Most of us have suffered through the frustration of needing to quickly get ready for work, only to have to wait for a roommate to finish his shower. Now imagine having to share that shower with not one or two other people, but hundreds.
That’s precisely the situation facing San Francisco’s estimated 6,436 homeless residents, who currently have just seven places in the city where they can shower.
Motivated by the belief that everyone has the right to be clean, Doniece Sandoval founded LavaMae, a non-profit with an innovative idea: take old, unused city buses and retrofit them with fully functioning showers for homeless people to use. Last weekend, LavaMae, a play on the Spanish word for “wash me,” launched its first mobile bus.
“Our buses were designed in consultation with homeless people,” Sandoval told ThinkProgress, a process that has taken over a year.
CREDIT: Kena Frank
For example, many homeless women expressed concern for their safety and privacy while showering. As a result, Sandoval and her team designed two individual shower pods in each bus, one of which is accessible for persons with disabilities.
Each pod includes not only a shower, but also a toilet, sink, and a space to temporarily store one’s things. Each bus will permit around 30 people to shower on a given day. Once all four buses are running, Sandoval estimates they will be able to provide more than 2,000 showers per week. (See more photos of the buses and interior here.)
“We’re mobile because we want to reach people where they are,” Sandoval said. In addition, “If we built a brick-and-mortar concept, it would cost a whole lot more.”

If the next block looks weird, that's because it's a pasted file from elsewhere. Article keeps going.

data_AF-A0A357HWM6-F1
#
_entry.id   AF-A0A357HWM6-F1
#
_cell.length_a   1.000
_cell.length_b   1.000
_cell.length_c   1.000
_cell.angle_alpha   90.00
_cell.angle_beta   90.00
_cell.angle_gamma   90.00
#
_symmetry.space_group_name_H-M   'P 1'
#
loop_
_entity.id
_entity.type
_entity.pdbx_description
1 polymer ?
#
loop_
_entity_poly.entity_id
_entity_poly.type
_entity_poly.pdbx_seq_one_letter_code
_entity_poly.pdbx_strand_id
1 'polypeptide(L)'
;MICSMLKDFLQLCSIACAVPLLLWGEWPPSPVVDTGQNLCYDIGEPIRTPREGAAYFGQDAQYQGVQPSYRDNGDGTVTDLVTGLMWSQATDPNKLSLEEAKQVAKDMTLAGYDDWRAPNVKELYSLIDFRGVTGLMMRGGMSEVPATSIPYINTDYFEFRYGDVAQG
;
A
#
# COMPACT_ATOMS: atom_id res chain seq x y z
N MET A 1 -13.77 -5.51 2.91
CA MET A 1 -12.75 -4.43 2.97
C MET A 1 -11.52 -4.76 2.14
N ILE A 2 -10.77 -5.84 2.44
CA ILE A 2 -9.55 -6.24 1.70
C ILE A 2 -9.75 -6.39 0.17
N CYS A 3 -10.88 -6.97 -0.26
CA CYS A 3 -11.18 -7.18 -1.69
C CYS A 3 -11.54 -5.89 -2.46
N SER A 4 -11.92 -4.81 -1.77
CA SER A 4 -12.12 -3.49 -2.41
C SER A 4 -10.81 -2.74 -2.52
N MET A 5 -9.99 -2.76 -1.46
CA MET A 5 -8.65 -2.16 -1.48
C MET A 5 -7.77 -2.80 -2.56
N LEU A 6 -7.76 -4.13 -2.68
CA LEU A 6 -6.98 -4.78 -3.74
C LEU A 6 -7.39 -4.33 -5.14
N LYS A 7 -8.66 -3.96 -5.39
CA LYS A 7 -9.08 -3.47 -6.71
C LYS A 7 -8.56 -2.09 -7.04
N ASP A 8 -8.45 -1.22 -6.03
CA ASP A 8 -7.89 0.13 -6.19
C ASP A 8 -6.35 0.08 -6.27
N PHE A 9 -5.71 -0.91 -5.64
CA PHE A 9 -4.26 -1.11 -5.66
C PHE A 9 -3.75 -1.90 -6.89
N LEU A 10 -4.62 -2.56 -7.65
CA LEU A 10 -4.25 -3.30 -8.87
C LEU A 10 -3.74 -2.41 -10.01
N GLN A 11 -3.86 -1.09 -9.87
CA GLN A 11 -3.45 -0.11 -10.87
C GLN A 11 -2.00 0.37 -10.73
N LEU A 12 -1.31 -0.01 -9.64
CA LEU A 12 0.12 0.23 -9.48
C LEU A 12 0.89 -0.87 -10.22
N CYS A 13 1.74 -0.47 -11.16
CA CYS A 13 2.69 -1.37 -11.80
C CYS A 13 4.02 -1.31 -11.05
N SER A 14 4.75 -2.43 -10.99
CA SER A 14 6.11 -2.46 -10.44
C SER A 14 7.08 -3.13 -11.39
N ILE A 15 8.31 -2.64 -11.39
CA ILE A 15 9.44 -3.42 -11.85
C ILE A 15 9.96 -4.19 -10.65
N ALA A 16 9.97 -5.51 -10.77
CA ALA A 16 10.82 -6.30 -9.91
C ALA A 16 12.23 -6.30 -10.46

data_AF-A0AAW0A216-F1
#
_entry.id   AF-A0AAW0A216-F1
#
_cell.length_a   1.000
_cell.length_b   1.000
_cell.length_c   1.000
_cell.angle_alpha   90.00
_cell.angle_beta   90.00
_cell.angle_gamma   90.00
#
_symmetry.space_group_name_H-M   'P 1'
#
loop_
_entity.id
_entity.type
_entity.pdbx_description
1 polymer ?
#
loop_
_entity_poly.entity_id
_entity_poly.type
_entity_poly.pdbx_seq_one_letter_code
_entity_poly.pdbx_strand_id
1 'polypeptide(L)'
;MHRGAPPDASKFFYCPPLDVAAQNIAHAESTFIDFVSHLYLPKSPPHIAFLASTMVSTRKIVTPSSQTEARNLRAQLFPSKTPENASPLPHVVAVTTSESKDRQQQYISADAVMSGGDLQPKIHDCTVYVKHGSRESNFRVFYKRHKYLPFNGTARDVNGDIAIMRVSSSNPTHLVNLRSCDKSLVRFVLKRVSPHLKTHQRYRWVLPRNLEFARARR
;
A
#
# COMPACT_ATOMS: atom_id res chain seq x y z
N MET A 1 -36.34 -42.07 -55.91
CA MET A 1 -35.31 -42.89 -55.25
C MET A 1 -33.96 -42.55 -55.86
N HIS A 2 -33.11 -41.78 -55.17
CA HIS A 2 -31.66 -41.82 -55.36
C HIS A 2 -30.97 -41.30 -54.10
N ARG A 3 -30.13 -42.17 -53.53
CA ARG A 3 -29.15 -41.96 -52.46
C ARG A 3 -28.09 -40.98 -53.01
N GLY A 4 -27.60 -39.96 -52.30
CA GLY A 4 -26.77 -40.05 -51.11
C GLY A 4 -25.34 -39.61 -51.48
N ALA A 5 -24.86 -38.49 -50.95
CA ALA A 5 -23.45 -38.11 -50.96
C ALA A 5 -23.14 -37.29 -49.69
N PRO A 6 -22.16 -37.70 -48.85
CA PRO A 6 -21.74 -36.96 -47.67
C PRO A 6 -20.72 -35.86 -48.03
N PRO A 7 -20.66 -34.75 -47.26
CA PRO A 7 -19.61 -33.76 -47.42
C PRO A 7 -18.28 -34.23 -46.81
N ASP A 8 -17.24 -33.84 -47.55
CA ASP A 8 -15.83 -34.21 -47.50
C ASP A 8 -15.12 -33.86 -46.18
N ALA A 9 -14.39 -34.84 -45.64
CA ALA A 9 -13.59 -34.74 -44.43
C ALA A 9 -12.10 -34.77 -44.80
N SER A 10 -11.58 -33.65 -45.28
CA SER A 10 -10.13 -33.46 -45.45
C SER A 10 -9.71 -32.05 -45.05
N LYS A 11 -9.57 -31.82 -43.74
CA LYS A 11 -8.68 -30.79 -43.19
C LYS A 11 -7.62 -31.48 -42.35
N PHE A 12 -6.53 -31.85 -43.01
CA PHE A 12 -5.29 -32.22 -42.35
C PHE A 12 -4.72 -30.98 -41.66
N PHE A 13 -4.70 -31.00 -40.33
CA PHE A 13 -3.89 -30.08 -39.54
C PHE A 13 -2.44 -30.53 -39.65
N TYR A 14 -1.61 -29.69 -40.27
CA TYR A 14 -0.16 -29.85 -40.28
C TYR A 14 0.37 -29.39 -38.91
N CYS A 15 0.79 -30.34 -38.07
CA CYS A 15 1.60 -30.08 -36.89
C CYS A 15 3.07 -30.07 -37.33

The city donated four decommissioned municipal buses to LavaMae and allows the organization to tap into fire hydrants, but retrofitting them with shower pods costs $75,000 per bus.
Funding for the buses comes from a mix of sources. LavaMae raised $58,000 from an Indiegogo campaign, as well as contributions from individuals and small private family foundations. Sandoval and her husband also put a significant amount of their own money into the project.
LavaMae released a video to coincide with its launch:
Kara Zordel, Executive Director of Project Homeless Connect, an innovative program that easily connects homeless people with service providers, had high praise for LavaMae. “This is bigger than showers, this is community change through action,” Zordel told ThinkProgress. “Sandoval serves as a role model that inspires me daily. One person can make radical change.”
LavaMae plans to use the launch of the first bus as a pilot run in order to test and improve service. Sandoval said she expected that all four buses would be operating by Spring 2015.
Showers won’t end homelessness. That’s not the point, says Sandoval. “What we are about is providing hygiene, because we believe that hygiene brings dignity and dignity opens up opportunity.”